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Pose estimation in unknown scene

asked 2013-04-23 11:32:30 -0500

diego gravatar image


I'm trying to retrieve the pose between two internally calibrated cameras in an unknown scene and all methods that I have found so far (SVD of the essential matrix, vanishing points and others) return the translation up to a scale. However, I need the (exact) estimation of such translation, in order to apply some reconstruction methods (plane sweep, voxel coloring, etc.).

How can I do this? Can anyone help me?

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answered 2013-04-23 17:59:35 -0500

HD_Mouse gravatar image

Do you have any other external information aside from just the cameras? Otherwise, you will only ever be able to determine T up to scale. For example, stereo camera setups use the distance between cameras as their baseline, and comparing T to that distance is trivial and an easy way translate that to the rest of the scene. In your case, you'll need a common object of known size/distance from the cameras, and then do the math to calculate the scale of T.

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All I have is the internal parameters. Is the scale of T related in any way with focal length? I mean, the essential matrix is found with the help of the internal camera matrix. I was wondering if T and the focal length could be related. Another question: If I have multiple images taken with the same camera, and find the pose between pairs, would the translation between such pairs be proportional? i.e.: would all the pairwise translations be in the same "unit"?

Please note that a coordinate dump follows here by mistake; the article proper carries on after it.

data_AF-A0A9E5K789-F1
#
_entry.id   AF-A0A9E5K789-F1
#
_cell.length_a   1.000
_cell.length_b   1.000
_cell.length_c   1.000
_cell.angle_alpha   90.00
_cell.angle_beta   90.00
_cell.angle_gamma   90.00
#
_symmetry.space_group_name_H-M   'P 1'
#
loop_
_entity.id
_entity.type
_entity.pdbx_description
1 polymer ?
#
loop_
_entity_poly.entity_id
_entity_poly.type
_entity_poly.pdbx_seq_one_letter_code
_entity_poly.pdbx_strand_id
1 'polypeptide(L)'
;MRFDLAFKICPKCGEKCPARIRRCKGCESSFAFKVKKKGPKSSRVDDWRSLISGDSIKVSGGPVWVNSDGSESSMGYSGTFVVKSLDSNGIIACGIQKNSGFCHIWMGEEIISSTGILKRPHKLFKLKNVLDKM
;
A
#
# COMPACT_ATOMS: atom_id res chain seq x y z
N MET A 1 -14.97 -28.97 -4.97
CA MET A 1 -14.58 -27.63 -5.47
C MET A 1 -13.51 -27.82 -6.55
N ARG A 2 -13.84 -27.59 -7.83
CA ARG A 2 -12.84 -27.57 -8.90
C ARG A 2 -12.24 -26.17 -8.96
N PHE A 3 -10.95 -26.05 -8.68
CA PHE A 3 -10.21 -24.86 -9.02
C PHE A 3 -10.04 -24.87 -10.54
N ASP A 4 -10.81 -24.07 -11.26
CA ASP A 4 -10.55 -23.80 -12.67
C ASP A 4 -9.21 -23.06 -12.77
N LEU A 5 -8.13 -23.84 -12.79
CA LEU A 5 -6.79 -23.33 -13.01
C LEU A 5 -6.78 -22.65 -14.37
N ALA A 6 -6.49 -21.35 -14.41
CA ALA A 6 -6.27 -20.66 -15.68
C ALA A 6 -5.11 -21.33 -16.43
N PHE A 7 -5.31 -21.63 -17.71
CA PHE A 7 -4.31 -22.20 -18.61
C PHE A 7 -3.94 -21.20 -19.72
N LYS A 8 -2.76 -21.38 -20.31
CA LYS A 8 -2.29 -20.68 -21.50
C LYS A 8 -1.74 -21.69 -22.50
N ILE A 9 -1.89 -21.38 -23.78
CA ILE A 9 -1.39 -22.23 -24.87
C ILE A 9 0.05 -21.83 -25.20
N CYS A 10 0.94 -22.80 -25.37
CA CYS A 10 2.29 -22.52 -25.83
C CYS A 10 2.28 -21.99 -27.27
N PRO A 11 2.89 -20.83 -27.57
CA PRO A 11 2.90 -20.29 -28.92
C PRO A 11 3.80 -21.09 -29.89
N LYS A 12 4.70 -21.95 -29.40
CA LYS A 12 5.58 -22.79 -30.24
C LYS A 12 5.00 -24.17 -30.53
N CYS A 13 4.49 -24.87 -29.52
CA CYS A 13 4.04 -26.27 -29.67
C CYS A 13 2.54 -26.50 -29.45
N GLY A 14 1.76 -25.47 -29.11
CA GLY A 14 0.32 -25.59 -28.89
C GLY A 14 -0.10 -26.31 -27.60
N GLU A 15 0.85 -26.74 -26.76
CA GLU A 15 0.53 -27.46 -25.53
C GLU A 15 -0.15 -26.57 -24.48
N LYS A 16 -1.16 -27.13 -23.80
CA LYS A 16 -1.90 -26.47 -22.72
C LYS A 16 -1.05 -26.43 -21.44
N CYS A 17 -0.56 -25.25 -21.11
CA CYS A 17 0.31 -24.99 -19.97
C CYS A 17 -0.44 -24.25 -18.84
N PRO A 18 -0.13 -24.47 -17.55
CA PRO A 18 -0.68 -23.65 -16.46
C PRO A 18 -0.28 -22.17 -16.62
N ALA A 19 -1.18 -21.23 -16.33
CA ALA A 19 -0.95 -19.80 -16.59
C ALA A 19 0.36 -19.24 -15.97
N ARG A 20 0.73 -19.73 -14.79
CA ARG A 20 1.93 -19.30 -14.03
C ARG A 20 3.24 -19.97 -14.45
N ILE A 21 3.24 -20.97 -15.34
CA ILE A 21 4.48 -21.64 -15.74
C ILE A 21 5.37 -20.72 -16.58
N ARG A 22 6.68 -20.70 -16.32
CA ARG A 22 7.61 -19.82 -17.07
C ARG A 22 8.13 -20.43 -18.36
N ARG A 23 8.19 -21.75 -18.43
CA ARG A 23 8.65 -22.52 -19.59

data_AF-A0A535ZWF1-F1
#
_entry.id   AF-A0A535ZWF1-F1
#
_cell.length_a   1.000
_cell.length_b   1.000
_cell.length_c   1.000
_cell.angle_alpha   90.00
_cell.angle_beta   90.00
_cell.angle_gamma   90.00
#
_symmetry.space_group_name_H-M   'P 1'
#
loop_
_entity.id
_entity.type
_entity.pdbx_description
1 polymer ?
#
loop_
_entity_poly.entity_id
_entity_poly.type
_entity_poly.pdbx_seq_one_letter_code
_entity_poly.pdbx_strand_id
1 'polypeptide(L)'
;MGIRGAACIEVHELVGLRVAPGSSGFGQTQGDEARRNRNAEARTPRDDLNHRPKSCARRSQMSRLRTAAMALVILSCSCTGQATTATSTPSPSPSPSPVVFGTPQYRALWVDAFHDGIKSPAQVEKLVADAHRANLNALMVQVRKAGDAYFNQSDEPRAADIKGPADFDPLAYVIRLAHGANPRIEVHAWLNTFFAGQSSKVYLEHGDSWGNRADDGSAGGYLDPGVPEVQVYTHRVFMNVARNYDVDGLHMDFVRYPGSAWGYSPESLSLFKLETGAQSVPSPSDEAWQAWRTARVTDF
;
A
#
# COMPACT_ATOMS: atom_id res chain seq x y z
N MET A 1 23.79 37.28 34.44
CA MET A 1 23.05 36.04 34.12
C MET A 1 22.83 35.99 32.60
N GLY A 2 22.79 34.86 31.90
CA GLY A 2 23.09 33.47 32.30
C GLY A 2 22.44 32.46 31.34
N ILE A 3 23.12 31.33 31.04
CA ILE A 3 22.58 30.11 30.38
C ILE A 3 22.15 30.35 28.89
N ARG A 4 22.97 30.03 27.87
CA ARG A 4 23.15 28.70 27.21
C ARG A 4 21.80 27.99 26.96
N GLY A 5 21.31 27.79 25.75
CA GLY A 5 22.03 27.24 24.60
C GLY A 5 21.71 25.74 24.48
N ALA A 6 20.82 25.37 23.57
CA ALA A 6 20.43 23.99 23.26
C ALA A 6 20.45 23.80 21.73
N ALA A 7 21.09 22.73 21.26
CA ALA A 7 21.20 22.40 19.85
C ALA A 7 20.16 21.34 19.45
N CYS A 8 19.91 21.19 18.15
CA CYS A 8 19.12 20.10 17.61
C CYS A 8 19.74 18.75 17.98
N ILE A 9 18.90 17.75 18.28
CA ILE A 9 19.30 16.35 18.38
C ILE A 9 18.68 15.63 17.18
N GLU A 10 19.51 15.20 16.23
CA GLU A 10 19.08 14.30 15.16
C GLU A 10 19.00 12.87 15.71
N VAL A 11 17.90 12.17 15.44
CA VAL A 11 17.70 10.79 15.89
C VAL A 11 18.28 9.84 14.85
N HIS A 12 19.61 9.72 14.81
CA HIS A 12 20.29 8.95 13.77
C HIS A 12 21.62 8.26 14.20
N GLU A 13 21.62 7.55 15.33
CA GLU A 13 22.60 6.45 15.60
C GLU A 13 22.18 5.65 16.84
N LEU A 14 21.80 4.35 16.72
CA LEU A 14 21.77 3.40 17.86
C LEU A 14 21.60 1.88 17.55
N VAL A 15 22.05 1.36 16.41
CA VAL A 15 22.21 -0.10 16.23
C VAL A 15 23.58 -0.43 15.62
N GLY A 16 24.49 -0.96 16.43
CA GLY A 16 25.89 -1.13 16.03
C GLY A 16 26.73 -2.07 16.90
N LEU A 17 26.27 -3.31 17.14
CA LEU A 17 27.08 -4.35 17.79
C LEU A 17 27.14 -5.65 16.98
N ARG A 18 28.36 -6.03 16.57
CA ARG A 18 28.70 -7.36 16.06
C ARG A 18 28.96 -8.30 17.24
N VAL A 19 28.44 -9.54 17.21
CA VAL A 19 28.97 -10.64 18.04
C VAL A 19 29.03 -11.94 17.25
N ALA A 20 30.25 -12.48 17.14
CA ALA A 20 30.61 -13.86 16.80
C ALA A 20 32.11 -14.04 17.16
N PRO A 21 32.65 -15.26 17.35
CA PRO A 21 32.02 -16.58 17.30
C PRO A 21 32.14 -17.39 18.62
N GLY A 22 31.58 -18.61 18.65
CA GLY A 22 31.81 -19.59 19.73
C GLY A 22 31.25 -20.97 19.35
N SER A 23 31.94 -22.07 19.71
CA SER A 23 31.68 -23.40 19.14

diego gravatar imagediego ( 2013-04-25 05:18:53 -0500 )edit

For your first question, no. The essential matrix itself is up to scale. What you're getting is the epipolar geometry of the scene, which basically describes the relationship of the two cameras to points in the scene. It's all projective though, so all you'll get from the scene is the geometry, but no scale. You can read more on its properties here, but a quick summary is that the essential matrix multiplied by any scale will give you the same generalized scene geometry.

HD_Mouse gravatar imageHD_Mouse ( 2013-04-25 23:54:06 -0500 )edit

For your second question, when you start introducing more cameras, rather than calculating a matrix for each pair, you'll calculate a single matrix that describes the scene geometry between all of them them. For example, with 3 separate poses/cameras, you can calculate the "Trifocal tensor" (The fundamental matrix is a bifocal tensor). Having N-cameras, and you can calculate the "N-Focal tensor." It will describe the geometry between the cameras, but again, only up to a scale. Without external information, you won't get scale. For a whole book on these matrices, read Multiple View Geometry by Hartley and Zisserman. It's practically the bible on this subject.

HD_Mouse gravatar imageHD_Mouse ( 2013-04-26 00:00:11 -0500 )edit

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Asked: 2013-04-23 11:32:30 -0500

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Last updated: Apr 23 '13